Glioblastomas are malignant brain tumours that very often recur after radiation therapy. Researchers now think they know why. In a paper published online by Nature, Jeremy N. Rich and colleagues show that a small population of tumour cells, including cancer and neural stem cells, help make these glioma tumours more resistant to treatment.
Although the stem cells make up just a tiny fraction of the entire tumour mass, they can divide to form more copies of themselves and drive tumour formation. Glioblastoma stem cells, which express a characteristic marker protein called CD133, activate a DNA repair pathway more potently than CD133-negative cancer cells. This makes them better able to survive DNA damage, and more resistant to ionizing radiation in vivo and in vitro.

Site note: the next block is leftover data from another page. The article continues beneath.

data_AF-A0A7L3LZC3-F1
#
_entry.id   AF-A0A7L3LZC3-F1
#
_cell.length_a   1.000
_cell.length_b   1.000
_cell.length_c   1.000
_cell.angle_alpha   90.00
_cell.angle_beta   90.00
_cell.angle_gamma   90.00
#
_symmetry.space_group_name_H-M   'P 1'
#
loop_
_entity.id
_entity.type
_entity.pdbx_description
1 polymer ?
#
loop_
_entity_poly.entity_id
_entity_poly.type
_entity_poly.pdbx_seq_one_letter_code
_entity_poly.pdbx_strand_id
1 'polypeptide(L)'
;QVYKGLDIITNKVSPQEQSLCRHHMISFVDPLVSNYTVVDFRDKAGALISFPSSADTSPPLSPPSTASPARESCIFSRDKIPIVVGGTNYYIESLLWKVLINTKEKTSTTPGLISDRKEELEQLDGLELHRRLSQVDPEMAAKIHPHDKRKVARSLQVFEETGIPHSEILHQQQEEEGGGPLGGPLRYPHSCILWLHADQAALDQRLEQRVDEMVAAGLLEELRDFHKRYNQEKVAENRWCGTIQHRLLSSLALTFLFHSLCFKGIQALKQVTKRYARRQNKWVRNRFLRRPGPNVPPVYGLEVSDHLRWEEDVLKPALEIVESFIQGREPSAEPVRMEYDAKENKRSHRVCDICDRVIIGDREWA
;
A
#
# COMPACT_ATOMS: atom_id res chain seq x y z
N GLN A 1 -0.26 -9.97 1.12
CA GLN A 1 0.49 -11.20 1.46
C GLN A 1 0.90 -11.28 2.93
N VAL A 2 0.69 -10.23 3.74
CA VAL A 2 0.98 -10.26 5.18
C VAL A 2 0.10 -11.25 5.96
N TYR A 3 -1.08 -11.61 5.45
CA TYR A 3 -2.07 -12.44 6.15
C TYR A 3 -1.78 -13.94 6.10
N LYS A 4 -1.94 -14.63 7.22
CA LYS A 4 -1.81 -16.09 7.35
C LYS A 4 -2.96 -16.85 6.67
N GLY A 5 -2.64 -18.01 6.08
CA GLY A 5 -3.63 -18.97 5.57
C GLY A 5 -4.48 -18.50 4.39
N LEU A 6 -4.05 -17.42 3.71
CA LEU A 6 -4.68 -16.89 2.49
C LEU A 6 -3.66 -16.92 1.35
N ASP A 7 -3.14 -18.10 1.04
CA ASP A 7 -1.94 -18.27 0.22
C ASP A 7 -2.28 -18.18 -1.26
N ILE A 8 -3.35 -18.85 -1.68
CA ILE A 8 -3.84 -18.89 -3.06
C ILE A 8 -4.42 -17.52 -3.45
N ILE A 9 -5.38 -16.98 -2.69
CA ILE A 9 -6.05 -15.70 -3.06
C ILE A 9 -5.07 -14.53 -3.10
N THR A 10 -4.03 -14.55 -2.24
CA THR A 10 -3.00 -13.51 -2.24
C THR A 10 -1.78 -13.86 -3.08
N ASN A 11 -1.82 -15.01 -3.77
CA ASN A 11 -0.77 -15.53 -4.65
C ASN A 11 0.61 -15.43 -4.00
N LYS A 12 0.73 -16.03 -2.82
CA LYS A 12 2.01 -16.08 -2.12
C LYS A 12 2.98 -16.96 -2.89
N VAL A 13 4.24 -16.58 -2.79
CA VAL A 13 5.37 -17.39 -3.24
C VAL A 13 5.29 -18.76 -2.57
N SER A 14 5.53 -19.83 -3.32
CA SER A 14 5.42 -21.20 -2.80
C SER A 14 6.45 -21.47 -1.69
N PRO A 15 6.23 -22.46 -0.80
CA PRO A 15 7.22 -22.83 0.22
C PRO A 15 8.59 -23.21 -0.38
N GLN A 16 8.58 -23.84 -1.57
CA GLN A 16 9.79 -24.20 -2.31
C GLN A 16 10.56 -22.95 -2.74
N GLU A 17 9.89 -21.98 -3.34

It is hoped the discovery will boost the development of treatments that block the radioresistance of cancer stem cells and so improve the efficacy of brain cancer treatments.
Jeremy N. Rich (Duke University, Durham, NC, USA)
Abstract available online.
(C) Nature press release.
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